What Piercing My Ears Taught Me About Business

Jan 24, 2022

A couple of weeks ago, I made spontaneously decided to go get piercings with one of my best friends...despite the fact that it probably wasn't the best decision. Here's what that experience taught me about how I approach my business...and my life.

TW: Mentions of blood

Hey there, and welcome to the Client Attractor Show. I'm your host, Jacob Ratliff, client attraction coach and author of the new book Client Attractor, which is now available on Amazon, Barnes and Noble, and at clientattractorbook.com

 Today, I am going to talk about what a recent impulsive decision, getting my ears pierced, taught me about my own business. I want to share the kind of wild story that happened, and not just what it taught me, but I think what it can teach all of us in terms of how we're not only approaching our businesses, but our lives as a whole. So without any further delay, let's go ahead and get started. 

 It was about a week and a half ago, and I am in Asheville, North Carolina, and we were due for some pretty moderate snow. We were forecasted to get about seven-to-10 inches of snow, which is a lot for us, honestly, even here in the mountains. And I knew that once the snow hit, I would be snowed in for a few days, unable to leave the house safely. It was the day that the snow was forecasted to begin. It was supposed to start around 5:00 p.m. in the afternoon on this Sunday, and a couple of my best friends suggested that we go and grab some lunch before the snow hit. We had not seen each other in a good long while, and we thought that it would be nice to grab lunch together, touch base, hang out a little bit before we really got snowed in by this incoming weather. 

 We met up at a local restaurant, had a great lunch, and then towards the end of it as we were getting ready to head out and likely go our separate ways, one of my friends, Walter, mentioned that he really wanted to get his nose pierced. I kind of offhandedly said, “Oh yeah, I've been wanting to get my ears pierced for a while now,” and then Walter gave me this look, this kind of signature look that he has that I've seen a million times, and whenever I see it, I know that we're about to do something fun and maybe a little bit impulsive. So, of course, he said, “Should we go do it today?” 

 And so we all piled into my other friend Charles’s car, and we were going to head to the other side of town to this piercing studio that I just happened to know took walk-ins. Charles wasn't going to get pierced, but he was fine to drive, and so he drove us across town. We got to the piercing studio, we got out, we put our masks on, and the studio was closed. None of us had actually really thought to maybe check their hours on Google before we headed that way. And unfortunately, Asheville isn't that big, so it was still only a 10- or 15-minute drive.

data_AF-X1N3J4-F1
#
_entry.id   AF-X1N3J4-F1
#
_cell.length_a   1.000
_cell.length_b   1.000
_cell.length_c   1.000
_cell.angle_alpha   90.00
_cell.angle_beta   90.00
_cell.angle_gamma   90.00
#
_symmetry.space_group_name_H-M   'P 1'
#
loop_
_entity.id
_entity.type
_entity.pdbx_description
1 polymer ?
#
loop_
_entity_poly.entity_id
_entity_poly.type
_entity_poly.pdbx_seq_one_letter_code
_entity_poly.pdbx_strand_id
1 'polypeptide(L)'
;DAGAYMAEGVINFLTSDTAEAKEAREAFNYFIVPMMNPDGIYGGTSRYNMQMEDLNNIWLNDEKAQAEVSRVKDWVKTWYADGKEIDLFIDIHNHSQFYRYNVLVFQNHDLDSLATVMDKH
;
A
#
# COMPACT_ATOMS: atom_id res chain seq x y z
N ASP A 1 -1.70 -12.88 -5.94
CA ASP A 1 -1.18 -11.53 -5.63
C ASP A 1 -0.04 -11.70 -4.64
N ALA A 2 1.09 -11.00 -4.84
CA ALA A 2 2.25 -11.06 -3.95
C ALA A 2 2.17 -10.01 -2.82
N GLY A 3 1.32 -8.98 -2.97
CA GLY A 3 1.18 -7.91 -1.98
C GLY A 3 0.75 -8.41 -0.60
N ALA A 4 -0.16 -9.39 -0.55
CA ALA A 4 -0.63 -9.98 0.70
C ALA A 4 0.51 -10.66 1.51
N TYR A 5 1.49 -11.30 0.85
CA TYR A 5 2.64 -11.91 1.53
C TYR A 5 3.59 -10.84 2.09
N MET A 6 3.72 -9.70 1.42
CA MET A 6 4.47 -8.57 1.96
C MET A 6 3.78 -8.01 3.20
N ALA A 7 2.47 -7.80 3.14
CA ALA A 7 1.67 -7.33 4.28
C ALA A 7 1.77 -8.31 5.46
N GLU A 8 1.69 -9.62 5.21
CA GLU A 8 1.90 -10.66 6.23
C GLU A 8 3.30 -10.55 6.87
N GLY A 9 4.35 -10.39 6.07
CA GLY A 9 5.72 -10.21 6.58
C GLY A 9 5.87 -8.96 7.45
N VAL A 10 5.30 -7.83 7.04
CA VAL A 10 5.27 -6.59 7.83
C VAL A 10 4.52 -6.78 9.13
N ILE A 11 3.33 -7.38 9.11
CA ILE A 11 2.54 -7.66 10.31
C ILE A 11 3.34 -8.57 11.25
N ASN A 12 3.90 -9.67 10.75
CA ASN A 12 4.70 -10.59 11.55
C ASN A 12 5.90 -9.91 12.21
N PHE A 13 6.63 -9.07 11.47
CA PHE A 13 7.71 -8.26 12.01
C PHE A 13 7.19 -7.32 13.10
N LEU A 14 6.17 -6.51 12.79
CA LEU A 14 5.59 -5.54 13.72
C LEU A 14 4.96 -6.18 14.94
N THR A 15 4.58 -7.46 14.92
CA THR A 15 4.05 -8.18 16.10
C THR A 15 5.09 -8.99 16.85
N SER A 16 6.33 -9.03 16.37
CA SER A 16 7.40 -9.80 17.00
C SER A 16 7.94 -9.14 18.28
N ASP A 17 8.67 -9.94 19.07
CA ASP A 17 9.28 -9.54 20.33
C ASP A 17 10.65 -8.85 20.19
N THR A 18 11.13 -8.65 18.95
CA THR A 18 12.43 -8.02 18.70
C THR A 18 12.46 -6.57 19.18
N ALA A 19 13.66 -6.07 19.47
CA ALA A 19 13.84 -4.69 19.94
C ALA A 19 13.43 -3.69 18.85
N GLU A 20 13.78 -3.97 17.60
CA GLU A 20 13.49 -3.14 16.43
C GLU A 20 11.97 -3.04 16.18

But I was secretly kind of glad, because I've had an ear piercing before. I got my ear pierced when I was 15 years old in high school. I just got my right ear pierced, because that's the gay ear. I remember the day I got that piercing so vividly, because I remember the piercer sticking the needle through my ear and holding a cloth or a tissue or something to the ear and saying, “Wow, this is bleeding a lot.” I remember when that tissue became so soaked with blood that she had to get another one and then another one, and then at some point, it got to where she was putting some sort of sand-type material on my ear to stop the bleeding, which didn't work. It just made the wound really gritty and even more painful. I bled from my ear non stop for two or three hours after the piercer put the needle through my ear, so it would be a fair statement to say that I had some sort of concerns with this idea of going and willingly submitting to the process of getting both ears pierced, and when it turned out that that piercing studio was closed that day, I wasn't terribly angry. I was pretty relieved. 

 But then, of course, Walter posted on Facebook a quick post like, “Hey, does anyone have any suggestions for walk-in piercers in Asheville?” and within about five minutes, we were headed to the other side of town to another piercing studio that did, in fact, accept walk-ins and was also open, at least according to their Google page. We got there, and the three of us unloaded from Charles's car and walked into the front door, where we were met by a bearded man who asked what it was that we wanted to get done. So Walter said, “I want to get my nose done,” I said, “I want to get my ear lobes pierced,” and Charles said, “Oh, I'm not getting anything pierced today.” The guy at the desk said, “Yeah, sure, we can definitely do that, but because of our COVID policy, we're not allowing anyone in the building who is not getting a piercing or a tattoo done.” 

 As soon as he said that, my heart lifted, because here I was thinking, Oh, are we really going to get these piercings done and make our friend sit out in the car while we got needles shoved into our bodies? So I was getting ready to say, “Yeah, totally understand that. We can just come back another day when it's just the two of us,” but before I could open my mouth and say that, Walter said, “Well, how long will it take?” and the guy said, “15-20 minutes,” and again, before I could say anything, Charles said, “It's fine. I'll just wait out in the car.” We exchanged the obligatory “Are you sure?” “Are you sure?” and Charles said, “Yeah, no, totally fine.” So he said, “Okay, I guess we'll do it,” and my heart dropped way, way, way, way, way back down to the floor. We filled out our paperwork, basically saying that we weren't drunk, we weren't high, we weren't gonna sue them for anything. And after we turned in our paperwork, and we're waiting on the piercer to call us back, I looked over at Walt, and I said, “Well, I should probably tell you what happened last time I got a piercing.” 

And so I told him, and I saw that look of concern on his face, and I said, “No, I'm sure that's not going to happen again. It's fine.” Then, before either of us could say anything else, the piercer called my name, and I walked back there, certain that this was not going to end well. Now, fortunately, this is a pretty anticlimactic story, in that everything was fine. I didn't bleed at all. And whereas the piercing I got when I was 15 resulted in two or three hours sitting in the studio, I was indeed out of there in 10 minutes, which felt like a true, true miracle. And now that I have these adorable little opal studs in my ears, that I am absolutely obsessed with, the question becomes okay, what did that actually teach me about business? Is the lesson to, when you have a really bad experience at something before, to go and try the same thing again 10 years later? No. Is the lesson that if you have the opportunity to do something that may or may not cause you physical harm, you should do it anyway? Also, no.